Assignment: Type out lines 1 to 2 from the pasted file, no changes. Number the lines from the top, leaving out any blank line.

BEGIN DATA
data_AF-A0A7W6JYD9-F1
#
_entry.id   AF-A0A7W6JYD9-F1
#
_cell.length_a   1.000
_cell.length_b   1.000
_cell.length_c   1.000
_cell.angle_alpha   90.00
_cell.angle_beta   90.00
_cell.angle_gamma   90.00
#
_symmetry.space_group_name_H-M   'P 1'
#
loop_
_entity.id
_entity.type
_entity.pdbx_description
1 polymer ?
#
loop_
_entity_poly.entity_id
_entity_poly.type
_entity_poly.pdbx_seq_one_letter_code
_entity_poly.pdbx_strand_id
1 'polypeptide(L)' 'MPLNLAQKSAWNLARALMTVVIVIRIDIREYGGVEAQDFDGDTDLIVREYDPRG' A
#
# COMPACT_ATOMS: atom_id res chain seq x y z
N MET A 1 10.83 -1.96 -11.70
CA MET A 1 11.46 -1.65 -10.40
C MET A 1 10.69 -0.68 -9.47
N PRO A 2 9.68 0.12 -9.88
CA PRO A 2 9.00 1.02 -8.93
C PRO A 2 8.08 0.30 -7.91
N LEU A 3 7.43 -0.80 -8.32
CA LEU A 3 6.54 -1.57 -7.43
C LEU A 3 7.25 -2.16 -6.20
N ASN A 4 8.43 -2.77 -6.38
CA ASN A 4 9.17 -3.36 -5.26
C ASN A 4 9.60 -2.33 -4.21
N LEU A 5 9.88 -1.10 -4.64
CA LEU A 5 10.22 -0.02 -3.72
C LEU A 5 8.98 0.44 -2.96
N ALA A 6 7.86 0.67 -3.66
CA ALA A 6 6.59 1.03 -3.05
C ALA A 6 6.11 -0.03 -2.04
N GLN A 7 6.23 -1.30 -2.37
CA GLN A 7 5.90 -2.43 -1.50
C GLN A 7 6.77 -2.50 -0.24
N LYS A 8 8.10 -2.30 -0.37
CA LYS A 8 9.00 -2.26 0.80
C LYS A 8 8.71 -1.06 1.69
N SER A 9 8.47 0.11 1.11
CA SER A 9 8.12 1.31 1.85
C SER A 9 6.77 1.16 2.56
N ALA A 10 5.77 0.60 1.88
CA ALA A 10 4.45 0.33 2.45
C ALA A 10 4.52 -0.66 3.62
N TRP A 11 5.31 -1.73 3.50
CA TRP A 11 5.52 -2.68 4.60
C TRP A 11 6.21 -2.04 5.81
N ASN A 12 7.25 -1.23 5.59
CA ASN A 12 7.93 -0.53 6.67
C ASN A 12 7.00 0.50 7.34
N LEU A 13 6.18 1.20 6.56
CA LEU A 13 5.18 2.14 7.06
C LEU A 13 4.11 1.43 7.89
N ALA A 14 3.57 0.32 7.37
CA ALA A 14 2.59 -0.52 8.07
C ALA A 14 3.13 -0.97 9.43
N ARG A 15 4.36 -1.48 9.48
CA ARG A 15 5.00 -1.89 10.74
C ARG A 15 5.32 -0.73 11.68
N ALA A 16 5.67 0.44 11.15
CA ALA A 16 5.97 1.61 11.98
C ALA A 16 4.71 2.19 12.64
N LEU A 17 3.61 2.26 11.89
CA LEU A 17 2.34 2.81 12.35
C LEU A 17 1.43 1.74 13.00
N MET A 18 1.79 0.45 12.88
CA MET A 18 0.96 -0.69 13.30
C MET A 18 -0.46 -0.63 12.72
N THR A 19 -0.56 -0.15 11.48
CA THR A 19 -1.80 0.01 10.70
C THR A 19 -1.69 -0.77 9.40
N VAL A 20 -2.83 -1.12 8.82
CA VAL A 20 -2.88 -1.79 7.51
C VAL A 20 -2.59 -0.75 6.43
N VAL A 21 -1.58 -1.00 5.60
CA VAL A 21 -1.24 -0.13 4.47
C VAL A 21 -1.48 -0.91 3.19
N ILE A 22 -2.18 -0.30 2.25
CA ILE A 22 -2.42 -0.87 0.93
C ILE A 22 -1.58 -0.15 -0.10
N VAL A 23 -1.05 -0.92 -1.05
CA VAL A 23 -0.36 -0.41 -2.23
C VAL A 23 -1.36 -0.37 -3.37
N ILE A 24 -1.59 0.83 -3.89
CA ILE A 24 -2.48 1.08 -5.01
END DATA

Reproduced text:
data_AF-A0A7W6JYD9-F1
#